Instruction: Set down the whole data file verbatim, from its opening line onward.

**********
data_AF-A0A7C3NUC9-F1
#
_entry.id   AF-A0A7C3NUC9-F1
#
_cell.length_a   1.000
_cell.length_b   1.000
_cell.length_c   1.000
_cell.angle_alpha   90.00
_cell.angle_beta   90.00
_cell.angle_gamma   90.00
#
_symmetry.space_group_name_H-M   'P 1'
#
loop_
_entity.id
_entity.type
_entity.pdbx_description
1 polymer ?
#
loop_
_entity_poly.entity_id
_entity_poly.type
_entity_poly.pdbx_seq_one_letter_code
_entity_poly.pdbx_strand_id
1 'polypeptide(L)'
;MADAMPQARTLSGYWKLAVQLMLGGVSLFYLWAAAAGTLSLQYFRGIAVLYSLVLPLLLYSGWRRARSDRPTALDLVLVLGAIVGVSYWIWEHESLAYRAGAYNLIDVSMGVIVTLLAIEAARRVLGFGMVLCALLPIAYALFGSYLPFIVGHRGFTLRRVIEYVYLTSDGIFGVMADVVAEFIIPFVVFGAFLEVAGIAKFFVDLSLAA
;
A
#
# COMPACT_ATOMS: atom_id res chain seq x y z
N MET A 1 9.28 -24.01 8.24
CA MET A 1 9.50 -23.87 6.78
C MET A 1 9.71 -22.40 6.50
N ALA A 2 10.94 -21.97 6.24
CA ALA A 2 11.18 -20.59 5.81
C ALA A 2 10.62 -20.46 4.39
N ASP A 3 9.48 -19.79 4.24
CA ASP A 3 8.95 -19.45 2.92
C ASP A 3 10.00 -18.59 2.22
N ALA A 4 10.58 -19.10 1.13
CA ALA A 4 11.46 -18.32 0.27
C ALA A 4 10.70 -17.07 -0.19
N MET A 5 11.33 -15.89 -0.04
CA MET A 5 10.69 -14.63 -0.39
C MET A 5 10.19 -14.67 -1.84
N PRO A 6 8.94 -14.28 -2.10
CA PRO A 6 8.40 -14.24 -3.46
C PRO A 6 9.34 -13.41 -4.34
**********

data_AF-A0A7C3NUC9-F1
#
_entry.id   AF-A0A7C3NUC9-F1
#
_cell.length_a   1.000
_cell.length_b   1.000
_cell.length_c   1.000
_cell.angle_alpha   90.00
_cell.angle_beta   90.00
_cell.angle_gamma   90.00
#
_symmetry.space_group_name_H-M   'P 1'
#
loop_
_entity.id
_entity.type
_entity.pdbx_description
1 polymer ?
#
loop_
_entity_poly.entity_id
_entity_poly.type
_entity_poly.pdbx_seq_one_letter_code
_entity_poly.pdbx_strand_id
1 'polypeptide(L)'
;MADAMPQARTLSGYWKLAVQLMLGGVSLFYLWAAAAGTLSLQYFRGIAVLYSLVLPLLLYSGWRRARSDRPTALDLVLVLGAIVGVSYWIWEHESLAYRAGAYNLIDVSMGVIVTLLAIEAARRVLGFGMVLCALLPIAYALFGSYLPFIVGHRGFTLRRVIEYVYLTSDGIFGVMADVVAEFIIPFVVFGAFLEVAGIAKFFVDLSLAA
;
A
#
# COMPACT_ATOMS: atom_id res chain seq x y z
N MET A 1 9.28 -24.01 8.24
CA MET A 1 9.50 -23.87 6.78
C MET A 1 9.71 -22.40 6.50
N ALA A 2 10.94 -21.97 6.24
CA ALA A 2 11.18 -20.59 5.81
C ALA A 2 10.62 -20.46 4.39
N ASP A 3 9.48 -19.79 4.24
CA ASP A 3 8.95 -19.45 2.92
C ASP A 3 10.00 -18.59 2.22
N ALA A 4 10.58 -19.10 1.13
CA ALA A 4 11.46 -18.32 0.27
C ALA A 4 10.70 -17.07 -0.19
N MET A 5 11.33 -15.89 -0.04
CA MET A 5 10.69 -14.63 -0.39
C MET A 5 10.19 -14.67 -1.84
N PRO A 6 8.94 -14.28 -2.10
CA PRO A 6 8.40 -14.24 -3.46
C PRO A 6 9.34 -13.41 -4.34